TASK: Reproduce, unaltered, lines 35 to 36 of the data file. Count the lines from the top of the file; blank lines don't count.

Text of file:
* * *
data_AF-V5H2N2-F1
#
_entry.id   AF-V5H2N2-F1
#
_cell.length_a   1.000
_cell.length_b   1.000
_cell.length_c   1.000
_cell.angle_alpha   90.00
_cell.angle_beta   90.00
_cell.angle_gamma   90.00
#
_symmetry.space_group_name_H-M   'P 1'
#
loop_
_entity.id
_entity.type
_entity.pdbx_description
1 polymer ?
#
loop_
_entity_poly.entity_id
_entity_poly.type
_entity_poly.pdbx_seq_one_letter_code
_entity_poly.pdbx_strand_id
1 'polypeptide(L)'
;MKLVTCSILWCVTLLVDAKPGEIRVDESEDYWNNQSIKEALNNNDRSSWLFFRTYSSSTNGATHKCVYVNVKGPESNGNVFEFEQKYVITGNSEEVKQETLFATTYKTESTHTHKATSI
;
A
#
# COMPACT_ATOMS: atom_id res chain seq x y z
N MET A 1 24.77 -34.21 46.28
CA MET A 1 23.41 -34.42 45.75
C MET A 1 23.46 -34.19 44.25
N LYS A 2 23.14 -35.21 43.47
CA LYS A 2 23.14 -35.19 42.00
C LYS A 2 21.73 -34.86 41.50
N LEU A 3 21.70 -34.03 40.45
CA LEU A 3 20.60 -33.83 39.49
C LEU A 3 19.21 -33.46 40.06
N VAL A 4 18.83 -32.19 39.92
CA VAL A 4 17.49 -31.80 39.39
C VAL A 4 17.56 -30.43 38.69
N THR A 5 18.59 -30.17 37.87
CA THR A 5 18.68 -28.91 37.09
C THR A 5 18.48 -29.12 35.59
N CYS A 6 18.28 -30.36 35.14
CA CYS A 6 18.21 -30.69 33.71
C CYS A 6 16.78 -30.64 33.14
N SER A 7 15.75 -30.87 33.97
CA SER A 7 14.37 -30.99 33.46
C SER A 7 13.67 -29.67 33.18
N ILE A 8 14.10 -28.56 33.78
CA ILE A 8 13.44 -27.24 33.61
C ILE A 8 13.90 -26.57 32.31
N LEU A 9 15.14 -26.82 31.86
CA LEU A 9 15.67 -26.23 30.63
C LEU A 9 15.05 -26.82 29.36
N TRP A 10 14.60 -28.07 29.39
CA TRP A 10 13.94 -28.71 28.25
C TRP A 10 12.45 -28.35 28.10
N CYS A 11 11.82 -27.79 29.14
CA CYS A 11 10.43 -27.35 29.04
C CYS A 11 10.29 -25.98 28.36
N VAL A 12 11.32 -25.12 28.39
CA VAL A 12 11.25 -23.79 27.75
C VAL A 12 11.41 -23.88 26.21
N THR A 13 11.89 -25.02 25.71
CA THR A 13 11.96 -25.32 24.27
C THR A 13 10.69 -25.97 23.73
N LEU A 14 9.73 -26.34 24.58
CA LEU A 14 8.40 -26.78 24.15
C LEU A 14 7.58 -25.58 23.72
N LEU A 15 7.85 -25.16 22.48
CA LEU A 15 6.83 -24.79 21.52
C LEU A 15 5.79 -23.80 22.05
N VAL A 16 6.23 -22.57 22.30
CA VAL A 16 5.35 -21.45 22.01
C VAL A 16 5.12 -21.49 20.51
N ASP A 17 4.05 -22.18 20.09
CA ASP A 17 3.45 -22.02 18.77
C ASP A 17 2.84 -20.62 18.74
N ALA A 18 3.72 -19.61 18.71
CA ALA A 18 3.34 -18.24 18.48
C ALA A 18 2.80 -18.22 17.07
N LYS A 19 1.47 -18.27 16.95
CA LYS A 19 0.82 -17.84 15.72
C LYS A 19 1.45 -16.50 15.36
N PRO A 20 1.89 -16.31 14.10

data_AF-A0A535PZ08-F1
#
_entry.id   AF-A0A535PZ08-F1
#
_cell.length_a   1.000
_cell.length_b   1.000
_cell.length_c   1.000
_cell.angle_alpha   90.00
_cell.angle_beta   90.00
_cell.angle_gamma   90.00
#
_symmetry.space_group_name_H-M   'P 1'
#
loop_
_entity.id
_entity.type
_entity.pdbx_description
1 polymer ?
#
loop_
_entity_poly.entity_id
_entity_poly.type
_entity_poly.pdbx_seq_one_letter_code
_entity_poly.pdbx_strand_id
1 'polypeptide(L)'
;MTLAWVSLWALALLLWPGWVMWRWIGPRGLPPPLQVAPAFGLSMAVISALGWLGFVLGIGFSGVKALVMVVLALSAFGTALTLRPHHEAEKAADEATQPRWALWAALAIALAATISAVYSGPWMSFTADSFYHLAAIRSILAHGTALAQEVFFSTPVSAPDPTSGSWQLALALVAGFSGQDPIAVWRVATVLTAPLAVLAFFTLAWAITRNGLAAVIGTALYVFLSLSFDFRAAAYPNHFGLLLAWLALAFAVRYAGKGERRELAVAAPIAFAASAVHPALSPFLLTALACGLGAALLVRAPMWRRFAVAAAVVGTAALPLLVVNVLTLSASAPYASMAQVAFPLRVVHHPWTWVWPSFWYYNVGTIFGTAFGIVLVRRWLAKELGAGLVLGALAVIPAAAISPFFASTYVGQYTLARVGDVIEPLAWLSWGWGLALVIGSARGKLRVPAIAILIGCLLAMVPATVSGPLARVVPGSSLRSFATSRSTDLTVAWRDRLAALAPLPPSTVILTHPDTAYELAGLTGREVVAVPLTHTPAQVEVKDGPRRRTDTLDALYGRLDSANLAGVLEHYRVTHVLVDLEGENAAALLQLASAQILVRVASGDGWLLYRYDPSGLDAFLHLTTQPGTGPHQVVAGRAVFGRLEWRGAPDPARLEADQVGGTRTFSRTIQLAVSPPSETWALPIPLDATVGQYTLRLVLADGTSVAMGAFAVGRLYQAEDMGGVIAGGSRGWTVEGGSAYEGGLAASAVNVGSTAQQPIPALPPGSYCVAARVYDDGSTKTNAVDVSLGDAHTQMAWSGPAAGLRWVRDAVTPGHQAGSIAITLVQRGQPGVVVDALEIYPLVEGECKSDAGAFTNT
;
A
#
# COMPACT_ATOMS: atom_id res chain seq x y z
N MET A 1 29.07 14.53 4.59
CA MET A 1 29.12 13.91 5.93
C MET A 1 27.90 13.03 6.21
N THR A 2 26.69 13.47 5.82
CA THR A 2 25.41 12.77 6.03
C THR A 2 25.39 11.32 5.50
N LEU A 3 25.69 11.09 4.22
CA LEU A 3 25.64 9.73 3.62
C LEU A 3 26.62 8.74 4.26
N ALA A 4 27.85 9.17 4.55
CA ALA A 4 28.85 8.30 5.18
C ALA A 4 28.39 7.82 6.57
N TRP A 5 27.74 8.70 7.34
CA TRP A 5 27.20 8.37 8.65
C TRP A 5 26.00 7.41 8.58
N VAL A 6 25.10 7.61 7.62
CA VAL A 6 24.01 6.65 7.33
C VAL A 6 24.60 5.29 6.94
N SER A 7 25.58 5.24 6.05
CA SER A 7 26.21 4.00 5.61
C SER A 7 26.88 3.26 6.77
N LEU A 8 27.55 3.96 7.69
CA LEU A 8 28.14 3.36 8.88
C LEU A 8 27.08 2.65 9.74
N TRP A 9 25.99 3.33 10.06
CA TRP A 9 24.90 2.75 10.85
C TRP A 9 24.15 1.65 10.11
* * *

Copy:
CA LYS A 2 23.14 -35.19 42.00
C LYS A 2 21.73 -34.86 41.50